[webkit-dev] setting a size limit for Application Cache

Michael Nordman michaeln at google.com
Wed May 6 13:12:24 PDT 2009

On Wed, May 6, 2009 at 12:45 PM, Jeremy Orlow <jorlow at google.com> wrote:
> Good point.  Tying the apps together is pretty important.  What good is it
> for the program to still be in AppCache if it's data (in databases or
> localStorage) was deleted by some other LRU policy?
> I'm not sure that yet another manifest is needed though.  For databases and
> localStorage, access is controlled via the origin.  It seems to me that the
> minimum granularity for what gets pinned is thus the domain.

Assuming app == domain has proven problematic. Not only are there
multiple apps per domain, there are apps that span multiple domains.

> Yes, there can be multiple web applications per domain, but there's really
> no way for WebKit to know which localStorage entries or which databases are
> tied to each application.  Thus, eviction is an all or nothing thing for the
> origin.  This is not such a horrible thing though; authors can always create
> sub-domains for each web application.

"sub-domains for each web application" has proven to be easier said than done

> So, in summary: I'm proposing that there be a UI to pin (or install, or
> save, or whatever you want to call it) an origin + have a dialog for seeing
> all the origins that are pined (for uninstall purposes).  All non-pinned
> AppCache data would be removed in a LRU fashion.

Some thing the system needs is a 'trigger' to bring up such a UI. The
presence of a <html application='someurl'> attribute, in which the
descriptor file expresses it desire for the 'persistance' privilege,
could provide such a trigger.

> On Wed, May 6, 2009 at 12:09 PM, Michael Nordman <michaeln at google.com>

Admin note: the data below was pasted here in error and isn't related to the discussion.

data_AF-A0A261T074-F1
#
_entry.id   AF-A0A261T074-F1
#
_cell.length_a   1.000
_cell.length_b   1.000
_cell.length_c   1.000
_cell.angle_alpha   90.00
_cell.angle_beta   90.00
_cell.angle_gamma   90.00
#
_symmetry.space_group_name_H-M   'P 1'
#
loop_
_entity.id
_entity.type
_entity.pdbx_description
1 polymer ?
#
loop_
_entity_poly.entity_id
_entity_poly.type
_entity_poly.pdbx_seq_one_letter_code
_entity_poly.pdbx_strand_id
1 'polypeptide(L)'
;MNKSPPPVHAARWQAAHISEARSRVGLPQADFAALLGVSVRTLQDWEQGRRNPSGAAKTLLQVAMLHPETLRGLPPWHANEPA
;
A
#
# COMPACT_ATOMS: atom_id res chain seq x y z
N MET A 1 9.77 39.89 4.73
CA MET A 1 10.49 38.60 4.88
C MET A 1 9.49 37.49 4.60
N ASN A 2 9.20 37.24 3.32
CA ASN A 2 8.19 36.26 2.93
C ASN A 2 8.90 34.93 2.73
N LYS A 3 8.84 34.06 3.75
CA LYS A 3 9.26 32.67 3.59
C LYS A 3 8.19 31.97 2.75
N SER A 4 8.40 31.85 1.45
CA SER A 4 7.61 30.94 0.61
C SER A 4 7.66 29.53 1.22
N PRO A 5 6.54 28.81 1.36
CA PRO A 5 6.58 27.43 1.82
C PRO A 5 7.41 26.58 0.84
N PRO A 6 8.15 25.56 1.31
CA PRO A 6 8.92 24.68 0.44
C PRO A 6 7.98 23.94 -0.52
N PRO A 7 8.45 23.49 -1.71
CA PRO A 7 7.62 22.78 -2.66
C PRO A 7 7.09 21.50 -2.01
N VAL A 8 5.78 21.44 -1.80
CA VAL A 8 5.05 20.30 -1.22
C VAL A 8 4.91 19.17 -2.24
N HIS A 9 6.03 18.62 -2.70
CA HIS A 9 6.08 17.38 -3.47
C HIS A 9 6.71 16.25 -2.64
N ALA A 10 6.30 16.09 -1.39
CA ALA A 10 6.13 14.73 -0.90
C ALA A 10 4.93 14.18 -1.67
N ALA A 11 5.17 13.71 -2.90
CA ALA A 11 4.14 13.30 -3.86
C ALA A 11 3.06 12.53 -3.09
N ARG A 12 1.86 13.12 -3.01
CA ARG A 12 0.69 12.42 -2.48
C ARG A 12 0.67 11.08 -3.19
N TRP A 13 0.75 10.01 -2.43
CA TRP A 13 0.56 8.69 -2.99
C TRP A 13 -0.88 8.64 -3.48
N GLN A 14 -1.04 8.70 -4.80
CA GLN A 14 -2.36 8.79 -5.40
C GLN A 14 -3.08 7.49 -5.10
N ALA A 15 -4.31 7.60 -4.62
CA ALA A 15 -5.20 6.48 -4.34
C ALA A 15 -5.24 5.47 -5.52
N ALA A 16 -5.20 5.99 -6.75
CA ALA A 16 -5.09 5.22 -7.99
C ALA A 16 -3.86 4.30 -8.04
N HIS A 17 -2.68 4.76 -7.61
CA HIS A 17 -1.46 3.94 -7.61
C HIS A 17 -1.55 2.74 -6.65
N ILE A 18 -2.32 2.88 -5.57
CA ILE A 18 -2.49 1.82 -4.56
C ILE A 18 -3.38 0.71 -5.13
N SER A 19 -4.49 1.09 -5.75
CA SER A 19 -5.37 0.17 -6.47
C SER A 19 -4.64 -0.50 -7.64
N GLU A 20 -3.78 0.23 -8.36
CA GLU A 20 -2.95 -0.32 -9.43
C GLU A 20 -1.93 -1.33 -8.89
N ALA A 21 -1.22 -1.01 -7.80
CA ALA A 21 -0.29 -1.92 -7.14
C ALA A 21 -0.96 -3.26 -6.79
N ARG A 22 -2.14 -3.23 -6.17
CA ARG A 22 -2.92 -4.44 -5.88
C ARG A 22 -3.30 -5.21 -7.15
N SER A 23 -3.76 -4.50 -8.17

> wrote:
>> The chrome team had an interesting thread on this topic not long ago.
>> Unfortunately it wasn't on the public chromium-dev mailing list, so I
>> can't provide a link to it here :(
>> <summary (according to me at least:)>
>> The gist of it was that providing appcaching for general use w/o any
>> special privileges is a good thing, but not all usages of this feature
>> are qualitatively the same thing. In some cases it's purely about
>> performance enhancement or reduced network utilization (traditional
>> caching goals). In other cases it's about providing additional
>> guarantees around application availability. Its fair to evict data
>> cached for the former cases as needed, but not ok to evict data cached
>> for the latter cases.
>> There is no means for the system to distinguish between these two
>> cases. There is no API to indicate which use is which.
>> In the latter case (gauranteed app availability), there is more
>> involved than the appcache... there are also databases, localstorage
>> values to which the gaurantee extends to.
>> What's missing is a way for "applications" to declare themselves as
>> such and to establish privileges to keep data around forever. Given
>> that, the system could relate persistent resource with "applications",
>> and based on their privileges, evict or not when space becomes an
>> issue.
>> A handwavvy syntax for declaring an "application"... <html
>> application='someurl'>... the url uniquely identifies the app, the
>> resource loaded from that url contains a user friendly description and
>> set of desired privileges... all pages that refer to that application
>> url are considered part of that app... all resource created on behalf
>> of that app are tracked by the system as such.
>> Food for thought.

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